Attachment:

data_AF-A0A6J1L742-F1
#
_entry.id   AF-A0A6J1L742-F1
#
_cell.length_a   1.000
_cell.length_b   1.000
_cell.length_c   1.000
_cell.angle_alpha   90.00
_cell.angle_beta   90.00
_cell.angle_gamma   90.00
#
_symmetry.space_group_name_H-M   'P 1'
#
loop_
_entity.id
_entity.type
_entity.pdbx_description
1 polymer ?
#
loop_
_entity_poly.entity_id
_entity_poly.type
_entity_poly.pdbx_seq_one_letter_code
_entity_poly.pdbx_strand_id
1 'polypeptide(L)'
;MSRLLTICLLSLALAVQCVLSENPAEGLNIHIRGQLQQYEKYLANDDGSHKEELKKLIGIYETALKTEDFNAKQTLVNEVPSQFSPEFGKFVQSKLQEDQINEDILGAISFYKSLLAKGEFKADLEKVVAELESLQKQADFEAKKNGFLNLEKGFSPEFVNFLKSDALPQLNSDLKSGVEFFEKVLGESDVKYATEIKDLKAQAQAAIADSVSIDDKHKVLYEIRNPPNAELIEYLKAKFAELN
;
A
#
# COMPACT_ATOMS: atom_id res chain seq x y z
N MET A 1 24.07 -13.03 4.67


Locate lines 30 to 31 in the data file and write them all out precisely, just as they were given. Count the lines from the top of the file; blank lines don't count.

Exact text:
# COMPACT_ATOMS: atom_id res chain seq x y z
N MET A 1 24.07 -13.03 4.67